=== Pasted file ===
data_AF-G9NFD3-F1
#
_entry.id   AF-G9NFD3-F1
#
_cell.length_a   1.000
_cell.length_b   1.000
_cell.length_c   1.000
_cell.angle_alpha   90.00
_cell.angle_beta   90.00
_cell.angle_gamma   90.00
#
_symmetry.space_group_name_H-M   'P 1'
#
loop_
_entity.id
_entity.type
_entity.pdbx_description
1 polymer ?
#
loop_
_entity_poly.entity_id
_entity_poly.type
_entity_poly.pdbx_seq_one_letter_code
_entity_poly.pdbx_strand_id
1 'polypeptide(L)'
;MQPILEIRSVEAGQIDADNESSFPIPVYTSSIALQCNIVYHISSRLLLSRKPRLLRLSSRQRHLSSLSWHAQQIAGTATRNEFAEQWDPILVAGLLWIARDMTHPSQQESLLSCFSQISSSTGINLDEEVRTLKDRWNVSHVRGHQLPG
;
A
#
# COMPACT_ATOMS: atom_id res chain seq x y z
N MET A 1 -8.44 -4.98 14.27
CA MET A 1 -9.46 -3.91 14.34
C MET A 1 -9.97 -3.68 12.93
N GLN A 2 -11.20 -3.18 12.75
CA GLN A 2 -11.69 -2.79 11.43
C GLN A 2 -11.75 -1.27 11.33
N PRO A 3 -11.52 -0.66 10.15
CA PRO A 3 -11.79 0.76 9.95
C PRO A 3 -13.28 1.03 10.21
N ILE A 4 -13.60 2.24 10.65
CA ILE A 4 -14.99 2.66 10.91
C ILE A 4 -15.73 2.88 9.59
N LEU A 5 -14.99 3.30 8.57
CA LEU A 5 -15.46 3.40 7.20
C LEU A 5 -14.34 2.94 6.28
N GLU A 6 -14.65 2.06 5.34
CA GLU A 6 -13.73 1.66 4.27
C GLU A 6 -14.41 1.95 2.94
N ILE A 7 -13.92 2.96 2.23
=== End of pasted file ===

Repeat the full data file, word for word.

data_AF-G9NFD3-F1
#
_entry.id   AF-G9NFD3-F1
#
_cell.length_a   1.000
_cell.length_b   1.000
_cell.length_c   1.000
_cell.angle_alpha   90.00
_cell.angle_beta   90.00
_cell.angle_gamma   90.00
#
_symmetry.space_group_name_H-M   'P 1'
#
loop_
_entity.id
_entity.type
_entity.pdbx_description
1 polymer ?
#
loop_
_entity_poly.entity_id
_entity_poly.type
_entity_poly.pdbx_seq_one_letter_code
_entity_poly.pdbx_strand_id
1 'polypeptide(L)'
;MQPILEIRSVEAGQIDADNESSFPIPVYTSSIALQCNIVYHISSRLLLSRKPRLLRLSSRQRHLSSLSWHAQQIAGTATRNEFAEQWDPILVAGLLWIARDMTHPSQQESLLSCFSQISSSTGINLDEEVRTLKDRWNVSHVRGHQLPG
;
A
#
# COMPACT_ATOMS: atom_id res chain seq x y z
N MET A 1 -8.44 -4.98 14.27
CA MET A 1 -9.46 -3.91 14.34
C MET A 1 -9.97 -3.68 12.93
N GLN A 2 -11.20 -3.18 12.75
CA GLN A 2 -11.69 -2.79 11.43
C GLN A 2 -11.75 -1.27 11.33
N PRO A 3 -11.52 -0.66 10.15
CA PRO A 3 -11.79 0.76 9.95
C PRO A 3 -13.28 1.03 10.21
N ILE A 4 -13.60 2.24 10.65
CA ILE A 4 -14.99 2.66 10.91
C ILE A 4 -15.73 2.88 9.59
N LEU A 5 -14.99 3.30 8.57
CA LEU A 5 -15.46 3.40 7.20
C LEU A 5 -14.34 2.94 6.28
N GLU A 6 -14.65 2.06 5.34
CA GLU A 6 -13.73 1.66 4.27
C GLU A 6 -14.41 1.95 2.94
N ILE A 7 -13.92 2.96 2.23